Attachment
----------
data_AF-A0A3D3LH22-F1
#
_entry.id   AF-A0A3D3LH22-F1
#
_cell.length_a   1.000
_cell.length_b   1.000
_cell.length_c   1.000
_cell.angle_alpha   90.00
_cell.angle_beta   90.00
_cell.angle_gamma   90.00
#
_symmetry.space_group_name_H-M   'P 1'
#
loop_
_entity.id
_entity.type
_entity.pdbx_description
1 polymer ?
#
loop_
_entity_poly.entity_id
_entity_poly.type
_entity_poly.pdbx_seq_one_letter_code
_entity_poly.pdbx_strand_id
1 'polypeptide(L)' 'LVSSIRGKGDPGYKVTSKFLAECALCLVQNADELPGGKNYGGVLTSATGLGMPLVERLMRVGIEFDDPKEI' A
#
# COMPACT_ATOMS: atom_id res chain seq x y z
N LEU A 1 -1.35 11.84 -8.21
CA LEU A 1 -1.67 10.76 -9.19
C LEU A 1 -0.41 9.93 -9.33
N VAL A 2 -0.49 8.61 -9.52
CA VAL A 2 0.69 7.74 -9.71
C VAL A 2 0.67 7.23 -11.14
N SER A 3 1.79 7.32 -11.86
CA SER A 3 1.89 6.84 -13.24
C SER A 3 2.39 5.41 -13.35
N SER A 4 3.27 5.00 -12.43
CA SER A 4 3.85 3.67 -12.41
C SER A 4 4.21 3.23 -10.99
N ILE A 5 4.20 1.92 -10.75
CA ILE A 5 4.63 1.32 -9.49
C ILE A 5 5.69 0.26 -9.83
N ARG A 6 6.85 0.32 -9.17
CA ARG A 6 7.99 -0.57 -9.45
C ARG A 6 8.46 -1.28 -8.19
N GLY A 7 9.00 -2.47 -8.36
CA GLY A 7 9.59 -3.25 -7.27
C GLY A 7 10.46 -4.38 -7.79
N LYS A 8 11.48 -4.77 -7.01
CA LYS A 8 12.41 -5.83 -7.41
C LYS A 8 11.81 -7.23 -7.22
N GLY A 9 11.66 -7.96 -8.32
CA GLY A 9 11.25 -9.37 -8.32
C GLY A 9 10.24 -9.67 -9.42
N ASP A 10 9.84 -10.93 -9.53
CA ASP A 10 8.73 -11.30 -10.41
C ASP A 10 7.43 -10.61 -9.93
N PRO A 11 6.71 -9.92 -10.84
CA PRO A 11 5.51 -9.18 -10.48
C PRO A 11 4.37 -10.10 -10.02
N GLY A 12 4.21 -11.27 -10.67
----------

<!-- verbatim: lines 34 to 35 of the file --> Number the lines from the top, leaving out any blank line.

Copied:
N SER A 3 1.79 7.32 -11.86
CA SER A 3 1.89 6.84 -13.24